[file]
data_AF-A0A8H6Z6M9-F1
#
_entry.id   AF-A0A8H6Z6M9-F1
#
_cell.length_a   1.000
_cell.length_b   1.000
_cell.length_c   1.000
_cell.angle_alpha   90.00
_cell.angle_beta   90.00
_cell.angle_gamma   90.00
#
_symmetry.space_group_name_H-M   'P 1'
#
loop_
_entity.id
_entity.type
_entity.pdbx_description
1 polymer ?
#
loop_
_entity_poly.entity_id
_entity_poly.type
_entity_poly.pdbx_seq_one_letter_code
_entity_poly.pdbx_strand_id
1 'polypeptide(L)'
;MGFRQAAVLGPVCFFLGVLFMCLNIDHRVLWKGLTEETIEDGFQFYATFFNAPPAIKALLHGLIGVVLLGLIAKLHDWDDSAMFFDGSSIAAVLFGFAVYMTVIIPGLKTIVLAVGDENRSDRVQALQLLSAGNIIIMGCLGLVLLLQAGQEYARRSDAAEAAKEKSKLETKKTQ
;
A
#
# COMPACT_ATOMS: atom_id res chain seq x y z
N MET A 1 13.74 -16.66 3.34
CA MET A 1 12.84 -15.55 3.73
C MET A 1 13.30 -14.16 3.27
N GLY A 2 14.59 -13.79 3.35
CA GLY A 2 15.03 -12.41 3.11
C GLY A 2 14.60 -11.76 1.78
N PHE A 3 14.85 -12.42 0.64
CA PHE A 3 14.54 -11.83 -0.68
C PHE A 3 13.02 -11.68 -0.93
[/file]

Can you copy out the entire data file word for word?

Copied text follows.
data_AF-A0A8H6Z6M9-F1
#
_entry.id   AF-A0A8H6Z6M9-F1
#
_cell.length_a   1.000
_cell.length_b   1.000
_cell.length_c   1.000
_cell.angle_alpha   90.00
_cell.angle_beta   90.00
_cell.angle_gamma   90.00
#
_symmetry.space_group_name_H-M   'P 1'
#
loop_
_entity.id
_entity.type
_entity.pdbx_description
1 polymer ?
#
loop_
_entity_poly.entity_id
_entity_poly.type
_entity_poly.pdbx_seq_one_letter_code
_entity_poly.pdbx_strand_id
1 'polypeptide(L)'
;MGFRQAAVLGPVCFFLGVLFMCLNIDHRVLWKGLTEETIEDGFQFYATFFNAPPAIKALLHGLIGVVLLGLIAKLHDWDDSAMFFDGSSIAAVLFGFAVYMTVIIPGLKTIVLAVGDENRSDRVQALQLLSAGNIIIMGCLGLVLLLQAGQEYARRSDAAEAAKEKSKLETKKTQ
;
A
#
# COMPACT_ATOMS: atom_id res chain seq x y z
N MET A 1 13.74 -16.66 3.34
CA MET A 1 12.84 -15.55 3.73
C MET A 1 13.30 -14.16 3.27
N GLY A 2 14.59 -13.79 3.35
CA GLY A 2 15.03 -12.41 3.11
C GLY A 2 14.60 -11.76 1.78
N PHE A 3 14.85 -12.42 0.64
CA PHE A 3 14.54 -11.83 -0.68
C PHE A 3 13.02 -11.68 -0.93